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Pflügers Archiv

, Volume 448, Issue 2, pp 161–174 | Cite as

Modeling of stimulation–secretion coupling in a chromaffin cell

  • A. WarashinaEmail author
  • T. Ogura
Cell and Molecular Physiology

Abstract

We constructed a chromaffin cell model for analysis of stimulation–secretion coupling in computer simulation studies. The model includes mechanisms involved in the excitatory synapse, voltage-dependent Na+, K+ and Ca2+ channels, Ca2+-activated K+ channels (SK type), buffered Ca2+ diffusion, Ca2+ extrusion, fluorescent Ca2+ indicators and Ca2+-triggered exocytosis. Calculations of the modeled mechanisms were carried out using the NEURON simulation environment (Hines and Carnevale, Neural Computation 9:1179–1209, 1997). A set of parameter values was determined so as to fit basic experimental results reported in the literature. The model was also applied to simulate our experimental results obtained from chromaffin cells in the perfused rat adrenal medulla. Observed profiles of Ca2+responses induced by electrically stimulating the splanchnic nerve with various frequencies (1–50 Hz) were adequately simulated with minor readjustments of parameter values for Ca2+influx and extrusion. Secretory responses measured at the same time as the Ca2+responses were also simulated with consideration of a time constant to detect catecholamines in the experiment. Similarly, model simulations reproduced both Ca2+responses and secretory responses evoked by elevations of the extracellular K+ concentration for different periods. The results suggest that the presented model provides a useful tool for analyzing and predicting quantitative relations in various events occurring in stimulation–secretion coupling in chromaffin cells.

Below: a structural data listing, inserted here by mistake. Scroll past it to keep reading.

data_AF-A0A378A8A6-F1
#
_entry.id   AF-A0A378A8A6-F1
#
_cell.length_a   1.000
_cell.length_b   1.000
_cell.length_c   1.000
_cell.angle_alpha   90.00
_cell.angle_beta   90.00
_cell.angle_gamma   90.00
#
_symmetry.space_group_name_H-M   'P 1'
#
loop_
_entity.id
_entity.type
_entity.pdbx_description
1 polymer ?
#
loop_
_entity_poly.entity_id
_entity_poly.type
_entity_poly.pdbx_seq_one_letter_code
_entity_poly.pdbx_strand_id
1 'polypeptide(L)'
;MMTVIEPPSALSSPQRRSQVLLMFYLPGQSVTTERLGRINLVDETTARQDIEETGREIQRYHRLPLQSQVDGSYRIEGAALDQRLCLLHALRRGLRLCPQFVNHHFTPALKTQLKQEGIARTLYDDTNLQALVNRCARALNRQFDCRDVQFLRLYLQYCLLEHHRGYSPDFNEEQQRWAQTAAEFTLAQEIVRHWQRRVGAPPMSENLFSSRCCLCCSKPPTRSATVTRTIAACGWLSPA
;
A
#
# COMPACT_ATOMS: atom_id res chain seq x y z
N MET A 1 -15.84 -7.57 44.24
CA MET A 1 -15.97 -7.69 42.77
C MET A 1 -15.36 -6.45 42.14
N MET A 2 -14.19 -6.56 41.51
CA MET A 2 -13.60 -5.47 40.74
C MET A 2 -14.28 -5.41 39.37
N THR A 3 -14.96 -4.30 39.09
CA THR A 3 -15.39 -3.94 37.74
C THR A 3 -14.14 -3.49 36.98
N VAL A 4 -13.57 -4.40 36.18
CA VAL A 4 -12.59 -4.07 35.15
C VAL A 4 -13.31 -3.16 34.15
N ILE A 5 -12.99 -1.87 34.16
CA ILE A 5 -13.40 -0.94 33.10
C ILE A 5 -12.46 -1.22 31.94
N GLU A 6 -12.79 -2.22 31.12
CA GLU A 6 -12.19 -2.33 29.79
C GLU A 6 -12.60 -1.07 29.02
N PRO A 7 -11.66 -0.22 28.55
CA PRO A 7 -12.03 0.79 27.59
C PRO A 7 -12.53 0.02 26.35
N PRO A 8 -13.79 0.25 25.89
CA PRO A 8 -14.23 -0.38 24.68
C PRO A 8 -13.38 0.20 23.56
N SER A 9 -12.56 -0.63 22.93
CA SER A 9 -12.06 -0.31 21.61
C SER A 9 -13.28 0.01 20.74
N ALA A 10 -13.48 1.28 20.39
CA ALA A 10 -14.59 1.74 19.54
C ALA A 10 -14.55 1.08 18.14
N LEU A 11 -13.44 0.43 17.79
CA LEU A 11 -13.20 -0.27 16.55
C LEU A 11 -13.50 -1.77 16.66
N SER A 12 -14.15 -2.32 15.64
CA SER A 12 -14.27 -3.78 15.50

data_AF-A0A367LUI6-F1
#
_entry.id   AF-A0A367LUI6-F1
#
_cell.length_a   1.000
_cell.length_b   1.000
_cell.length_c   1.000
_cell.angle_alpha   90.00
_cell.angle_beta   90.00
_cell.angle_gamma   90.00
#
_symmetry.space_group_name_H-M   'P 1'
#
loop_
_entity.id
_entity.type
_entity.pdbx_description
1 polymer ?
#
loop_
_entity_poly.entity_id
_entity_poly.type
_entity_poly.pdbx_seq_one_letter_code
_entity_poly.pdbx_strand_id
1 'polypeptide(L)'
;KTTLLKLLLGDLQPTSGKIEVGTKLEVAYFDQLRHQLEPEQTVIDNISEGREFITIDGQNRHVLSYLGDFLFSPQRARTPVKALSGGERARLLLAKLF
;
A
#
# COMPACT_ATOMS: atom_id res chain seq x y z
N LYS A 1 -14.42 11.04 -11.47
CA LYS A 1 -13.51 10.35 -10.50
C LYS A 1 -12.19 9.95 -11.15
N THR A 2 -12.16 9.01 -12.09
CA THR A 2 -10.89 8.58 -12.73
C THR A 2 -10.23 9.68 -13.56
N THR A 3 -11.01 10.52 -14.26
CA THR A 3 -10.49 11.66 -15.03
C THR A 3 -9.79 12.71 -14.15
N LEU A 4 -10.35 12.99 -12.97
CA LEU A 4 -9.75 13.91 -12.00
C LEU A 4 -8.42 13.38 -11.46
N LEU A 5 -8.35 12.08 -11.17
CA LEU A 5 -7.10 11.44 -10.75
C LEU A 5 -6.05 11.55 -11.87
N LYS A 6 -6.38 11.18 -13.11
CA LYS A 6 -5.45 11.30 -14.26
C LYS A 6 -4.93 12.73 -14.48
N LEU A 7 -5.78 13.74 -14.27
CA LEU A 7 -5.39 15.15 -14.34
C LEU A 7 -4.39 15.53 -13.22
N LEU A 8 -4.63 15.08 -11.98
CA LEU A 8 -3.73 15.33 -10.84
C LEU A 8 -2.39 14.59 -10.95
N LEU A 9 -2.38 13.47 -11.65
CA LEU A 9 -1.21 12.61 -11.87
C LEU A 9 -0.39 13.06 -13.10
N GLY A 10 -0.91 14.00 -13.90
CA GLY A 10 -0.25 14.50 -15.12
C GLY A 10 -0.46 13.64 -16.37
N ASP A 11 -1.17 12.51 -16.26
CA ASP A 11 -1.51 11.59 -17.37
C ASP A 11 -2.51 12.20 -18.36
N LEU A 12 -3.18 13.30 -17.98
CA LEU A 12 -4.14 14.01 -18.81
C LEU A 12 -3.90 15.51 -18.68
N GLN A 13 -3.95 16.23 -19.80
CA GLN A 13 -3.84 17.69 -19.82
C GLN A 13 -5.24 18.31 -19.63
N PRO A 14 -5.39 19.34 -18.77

Keywords

Chromaffin cell model  Computer simulation Stimulation–secretion coupling  

Notes

Acknowledgement

This study was supported in part by NIH/NIDCD grants DC 05140 (TO) and P30 DC 04657 (Diego Restrepo of Univ. Colorado Health Sciences Center).

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Copyright information

© Springer-Verlag  2004

Authors and Affiliations

  1. 1.Division of Cell PhysiologyNiigata University Graduate School of Medical and Dental SciencesNiigata Japan
  2. 2.Department of Biomedical SciencesColorado State UniversityFort CollinsUSA
  3. 3.Department of Cellular and Structural BiologyUniversity of Colorado Health Sciences CenterDenverUSA

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